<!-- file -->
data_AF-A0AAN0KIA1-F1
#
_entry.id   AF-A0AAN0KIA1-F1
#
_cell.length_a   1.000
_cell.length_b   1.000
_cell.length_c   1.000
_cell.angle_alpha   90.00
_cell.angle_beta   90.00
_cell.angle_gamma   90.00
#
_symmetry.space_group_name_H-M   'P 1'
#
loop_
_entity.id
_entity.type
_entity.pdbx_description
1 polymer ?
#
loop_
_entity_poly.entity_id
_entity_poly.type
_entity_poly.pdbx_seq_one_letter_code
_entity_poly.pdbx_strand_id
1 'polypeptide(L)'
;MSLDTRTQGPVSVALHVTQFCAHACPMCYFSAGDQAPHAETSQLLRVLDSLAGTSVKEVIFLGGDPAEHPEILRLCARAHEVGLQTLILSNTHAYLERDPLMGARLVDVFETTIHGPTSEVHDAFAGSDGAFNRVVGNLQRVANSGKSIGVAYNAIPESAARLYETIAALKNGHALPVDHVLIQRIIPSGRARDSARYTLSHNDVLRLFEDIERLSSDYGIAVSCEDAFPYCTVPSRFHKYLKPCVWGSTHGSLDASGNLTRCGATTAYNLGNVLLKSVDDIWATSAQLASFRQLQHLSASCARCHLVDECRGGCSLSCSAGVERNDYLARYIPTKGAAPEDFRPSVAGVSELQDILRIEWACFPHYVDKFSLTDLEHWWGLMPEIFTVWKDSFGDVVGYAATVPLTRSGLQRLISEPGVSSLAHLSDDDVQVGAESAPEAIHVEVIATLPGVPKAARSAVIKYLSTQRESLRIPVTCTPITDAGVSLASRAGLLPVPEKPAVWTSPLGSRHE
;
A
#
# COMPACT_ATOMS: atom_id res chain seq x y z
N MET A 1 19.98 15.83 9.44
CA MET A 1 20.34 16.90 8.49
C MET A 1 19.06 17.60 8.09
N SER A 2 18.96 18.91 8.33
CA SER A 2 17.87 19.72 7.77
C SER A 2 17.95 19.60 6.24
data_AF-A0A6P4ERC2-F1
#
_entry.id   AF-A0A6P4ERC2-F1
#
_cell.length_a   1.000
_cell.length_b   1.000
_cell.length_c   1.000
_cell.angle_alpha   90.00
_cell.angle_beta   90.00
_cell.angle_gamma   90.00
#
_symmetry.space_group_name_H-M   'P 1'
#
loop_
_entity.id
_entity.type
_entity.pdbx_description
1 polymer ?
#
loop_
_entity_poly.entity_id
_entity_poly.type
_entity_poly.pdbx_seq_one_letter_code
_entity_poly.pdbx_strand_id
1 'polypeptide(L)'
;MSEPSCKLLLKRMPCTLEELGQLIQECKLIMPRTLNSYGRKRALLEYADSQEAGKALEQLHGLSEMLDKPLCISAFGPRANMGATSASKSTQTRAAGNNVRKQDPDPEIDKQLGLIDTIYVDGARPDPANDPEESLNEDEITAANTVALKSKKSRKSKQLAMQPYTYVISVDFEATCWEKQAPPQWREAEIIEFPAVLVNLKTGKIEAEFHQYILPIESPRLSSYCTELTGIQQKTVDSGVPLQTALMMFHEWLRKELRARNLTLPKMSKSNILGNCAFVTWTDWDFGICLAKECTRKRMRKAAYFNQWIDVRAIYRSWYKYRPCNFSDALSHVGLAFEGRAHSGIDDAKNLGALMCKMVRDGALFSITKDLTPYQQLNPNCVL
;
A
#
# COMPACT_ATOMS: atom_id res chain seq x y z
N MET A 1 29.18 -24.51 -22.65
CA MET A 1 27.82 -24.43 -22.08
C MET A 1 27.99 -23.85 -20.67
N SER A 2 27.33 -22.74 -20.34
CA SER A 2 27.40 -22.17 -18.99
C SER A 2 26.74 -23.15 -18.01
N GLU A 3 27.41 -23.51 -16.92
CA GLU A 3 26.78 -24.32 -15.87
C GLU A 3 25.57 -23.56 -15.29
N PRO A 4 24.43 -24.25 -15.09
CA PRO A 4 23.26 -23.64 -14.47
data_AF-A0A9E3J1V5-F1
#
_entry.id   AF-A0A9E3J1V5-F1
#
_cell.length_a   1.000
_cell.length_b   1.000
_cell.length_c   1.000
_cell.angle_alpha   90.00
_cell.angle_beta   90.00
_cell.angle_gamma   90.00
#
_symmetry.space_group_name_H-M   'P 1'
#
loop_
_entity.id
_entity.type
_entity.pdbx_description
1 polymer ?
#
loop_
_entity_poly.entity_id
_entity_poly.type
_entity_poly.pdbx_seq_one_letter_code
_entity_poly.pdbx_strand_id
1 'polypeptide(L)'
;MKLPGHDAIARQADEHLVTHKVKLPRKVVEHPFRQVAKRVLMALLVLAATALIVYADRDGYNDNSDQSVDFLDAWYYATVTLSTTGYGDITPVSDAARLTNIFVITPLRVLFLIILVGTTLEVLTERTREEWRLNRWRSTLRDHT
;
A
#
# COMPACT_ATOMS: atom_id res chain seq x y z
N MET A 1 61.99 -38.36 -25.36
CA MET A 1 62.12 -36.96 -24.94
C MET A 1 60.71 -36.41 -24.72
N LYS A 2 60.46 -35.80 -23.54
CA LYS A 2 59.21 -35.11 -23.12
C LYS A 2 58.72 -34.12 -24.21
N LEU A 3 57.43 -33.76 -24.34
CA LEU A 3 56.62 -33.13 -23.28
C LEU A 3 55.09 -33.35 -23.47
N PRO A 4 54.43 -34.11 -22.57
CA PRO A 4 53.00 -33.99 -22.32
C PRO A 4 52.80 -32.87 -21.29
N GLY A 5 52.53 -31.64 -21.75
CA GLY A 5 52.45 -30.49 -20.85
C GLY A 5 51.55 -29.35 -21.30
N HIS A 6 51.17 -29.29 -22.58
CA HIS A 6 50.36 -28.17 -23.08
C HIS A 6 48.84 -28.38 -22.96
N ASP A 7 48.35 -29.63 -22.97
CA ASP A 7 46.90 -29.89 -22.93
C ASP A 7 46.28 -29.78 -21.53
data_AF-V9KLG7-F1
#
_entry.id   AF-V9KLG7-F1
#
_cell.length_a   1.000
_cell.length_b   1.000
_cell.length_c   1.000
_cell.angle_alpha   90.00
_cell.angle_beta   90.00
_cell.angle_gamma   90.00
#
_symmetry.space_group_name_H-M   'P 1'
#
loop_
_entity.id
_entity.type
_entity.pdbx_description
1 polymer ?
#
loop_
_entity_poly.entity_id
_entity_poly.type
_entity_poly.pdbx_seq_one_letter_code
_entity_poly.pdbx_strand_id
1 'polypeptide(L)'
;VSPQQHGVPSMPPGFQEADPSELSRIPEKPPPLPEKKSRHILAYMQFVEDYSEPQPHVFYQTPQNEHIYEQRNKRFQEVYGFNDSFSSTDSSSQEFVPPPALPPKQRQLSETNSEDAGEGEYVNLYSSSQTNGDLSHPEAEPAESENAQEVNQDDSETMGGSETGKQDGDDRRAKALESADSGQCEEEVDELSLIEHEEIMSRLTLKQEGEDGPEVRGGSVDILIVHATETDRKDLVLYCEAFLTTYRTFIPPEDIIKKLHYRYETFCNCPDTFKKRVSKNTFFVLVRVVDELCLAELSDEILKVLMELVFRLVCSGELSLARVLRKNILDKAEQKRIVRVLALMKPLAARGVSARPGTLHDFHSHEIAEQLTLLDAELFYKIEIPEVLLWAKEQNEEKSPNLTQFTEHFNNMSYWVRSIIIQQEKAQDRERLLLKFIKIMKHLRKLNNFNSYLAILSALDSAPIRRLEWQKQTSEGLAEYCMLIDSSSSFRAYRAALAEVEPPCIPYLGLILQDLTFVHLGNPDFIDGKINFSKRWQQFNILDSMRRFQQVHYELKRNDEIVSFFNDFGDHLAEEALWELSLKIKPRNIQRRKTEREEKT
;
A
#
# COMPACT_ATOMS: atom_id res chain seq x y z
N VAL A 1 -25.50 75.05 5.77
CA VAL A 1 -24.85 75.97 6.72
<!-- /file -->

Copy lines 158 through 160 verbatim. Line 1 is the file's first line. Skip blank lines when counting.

# COMPACT_ATOMS: atom_id res chain seq x y z
N VAL A 1 -25.50 75.05 5.77
CA VAL A 1 -24.85 75.97 6.72